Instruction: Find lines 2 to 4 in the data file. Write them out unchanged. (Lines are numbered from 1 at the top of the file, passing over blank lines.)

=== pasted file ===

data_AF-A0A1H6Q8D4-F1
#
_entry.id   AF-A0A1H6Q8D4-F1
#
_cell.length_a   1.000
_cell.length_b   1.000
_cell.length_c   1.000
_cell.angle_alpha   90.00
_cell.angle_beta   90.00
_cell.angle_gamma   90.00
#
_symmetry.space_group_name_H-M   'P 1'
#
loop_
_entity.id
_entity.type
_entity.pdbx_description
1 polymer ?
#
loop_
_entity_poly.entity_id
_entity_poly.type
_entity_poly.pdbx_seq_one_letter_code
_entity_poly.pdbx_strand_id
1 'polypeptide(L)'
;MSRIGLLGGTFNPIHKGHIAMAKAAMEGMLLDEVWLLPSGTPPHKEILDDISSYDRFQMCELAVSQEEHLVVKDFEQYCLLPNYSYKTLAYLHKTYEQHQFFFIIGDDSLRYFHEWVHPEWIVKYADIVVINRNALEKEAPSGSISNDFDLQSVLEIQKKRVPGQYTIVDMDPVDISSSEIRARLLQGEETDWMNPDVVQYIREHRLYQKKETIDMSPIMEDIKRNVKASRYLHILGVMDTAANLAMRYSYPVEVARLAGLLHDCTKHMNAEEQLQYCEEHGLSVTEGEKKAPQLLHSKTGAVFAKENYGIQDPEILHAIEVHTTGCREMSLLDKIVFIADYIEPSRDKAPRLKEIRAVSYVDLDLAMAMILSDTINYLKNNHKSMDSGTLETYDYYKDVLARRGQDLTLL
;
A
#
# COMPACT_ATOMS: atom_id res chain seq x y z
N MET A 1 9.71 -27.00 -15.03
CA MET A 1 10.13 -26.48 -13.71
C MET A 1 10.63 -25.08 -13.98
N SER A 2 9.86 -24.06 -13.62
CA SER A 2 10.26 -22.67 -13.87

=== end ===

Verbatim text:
#
_entry.id   AF-A0A1H6Q8D4-F1
#